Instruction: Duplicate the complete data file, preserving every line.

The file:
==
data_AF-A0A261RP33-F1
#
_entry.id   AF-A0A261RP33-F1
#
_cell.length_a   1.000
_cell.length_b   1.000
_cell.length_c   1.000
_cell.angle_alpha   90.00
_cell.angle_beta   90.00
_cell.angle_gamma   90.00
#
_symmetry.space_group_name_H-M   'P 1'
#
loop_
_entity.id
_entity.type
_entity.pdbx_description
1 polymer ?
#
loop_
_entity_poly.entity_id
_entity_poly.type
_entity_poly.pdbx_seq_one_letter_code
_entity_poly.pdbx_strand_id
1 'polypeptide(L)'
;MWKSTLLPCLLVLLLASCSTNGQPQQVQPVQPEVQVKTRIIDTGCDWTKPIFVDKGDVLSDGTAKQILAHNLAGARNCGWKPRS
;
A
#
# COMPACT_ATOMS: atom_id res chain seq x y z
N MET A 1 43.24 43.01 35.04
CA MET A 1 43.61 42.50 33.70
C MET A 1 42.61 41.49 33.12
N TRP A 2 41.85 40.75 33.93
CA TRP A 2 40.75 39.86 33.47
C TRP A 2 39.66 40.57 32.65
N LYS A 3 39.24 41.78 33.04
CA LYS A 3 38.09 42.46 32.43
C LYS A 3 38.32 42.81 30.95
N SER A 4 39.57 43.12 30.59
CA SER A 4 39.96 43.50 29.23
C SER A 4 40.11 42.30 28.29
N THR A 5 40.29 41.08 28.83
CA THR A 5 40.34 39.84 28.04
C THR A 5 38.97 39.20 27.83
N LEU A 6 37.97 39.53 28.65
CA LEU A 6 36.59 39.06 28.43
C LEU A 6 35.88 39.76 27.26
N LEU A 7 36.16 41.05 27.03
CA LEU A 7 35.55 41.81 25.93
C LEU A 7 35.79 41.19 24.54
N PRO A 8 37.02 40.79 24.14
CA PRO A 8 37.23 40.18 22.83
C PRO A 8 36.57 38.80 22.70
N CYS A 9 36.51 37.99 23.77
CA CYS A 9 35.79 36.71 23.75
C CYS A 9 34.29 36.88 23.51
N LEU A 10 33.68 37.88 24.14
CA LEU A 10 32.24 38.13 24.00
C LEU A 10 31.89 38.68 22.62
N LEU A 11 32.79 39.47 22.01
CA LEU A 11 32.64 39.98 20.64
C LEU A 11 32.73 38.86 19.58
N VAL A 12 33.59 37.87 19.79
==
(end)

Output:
data_AF-A0A261RP33-F1
#
_entry.id   AF-A0A261RP33-F1
#
_cell.length_a   1.000
_cell.length_b   1.000
_cell.length_c   1.000
_cell.angle_alpha   90.00
_cell.angle_beta   90.00
_cell.angle_gamma   90.00
#
_symmetry.space_group_name_H-M   'P 1'
#
loop_
_entity.id
_entity.type
_entity.pdbx_description
1 polymer ?
#
loop_
_entity_poly.entity_id
_entity_poly.type
_entity_poly.pdbx_seq_one_letter_code
_entity_poly.pdbx_strand_id
1 'polypeptide(L)'
;MWKSTLLPCLLVLLLASCSTNGQPQQVQPVQPEVQVKTRIIDTGCDWTKPIFVDKGDVLSDGTAKQILAHNLAGARNCGWKPRS
;
A
#
# COMPACT_ATOMS: atom_id res chain seq x y z
N MET A 1 43.24 43.01 35.04
CA MET A 1 43.61 42.50 33.70
C MET A 1 42.61 41.49 33.12
N TRP A 2 41.85 40.75 33.93
CA TRP A 2 40.75 39.86 33.47
C TRP A 2 39.66 40.57 32.65
N LYS A 3 39.24 41.78 33.04
CA LYS A 3 38.09 42.46 32.43
C LYS A 3 38.32 42.81 30.95
N SER A 4 39.57 43.12 30.59
CA SER A 4 39.96 43.50 29.23
C SER A 4 40.11 42.30 28.29
N THR A 5 40.29 41.08 28.83
CA THR A 5 40.34 39.84 28.04
C THR A 5 38.97 39.20 27.83
N LEU A 6 37.97 39.53 28.65
CA LEU A 6 36.59 39.06 28.43
C LEU A 6 35.88 39.76 27.26
N LEU A 7 36.16 41.05 27.03
CA LEU A 7 35.55 41.81 25.93
C LEU A 7 35.79 41.19 24.54
N PRO A 8 37.02 40.79 24.14
CA PRO A 8 37.23 40.18 22.83
C PRO A 8 36.57 38.80 22.70
N CYS A 9 36.51 37.99 23.77
CA CYS A 9 35.79 36.71 23.75
C CYS A 9 34.29 36.88 23.51
N LEU A 10 33.68 37.88 24.14
CA LEU A 10 32.24 38.13 24.00
C LEU A 10 31.89 38.68 22.62
N LEU A 11 32.79 39.47 22.01
CA LEU A 11 32.64 39.98 20.64
C LEU A 11 32.73 38.86 19.58
N VAL A 12 33.59 37.87 19.79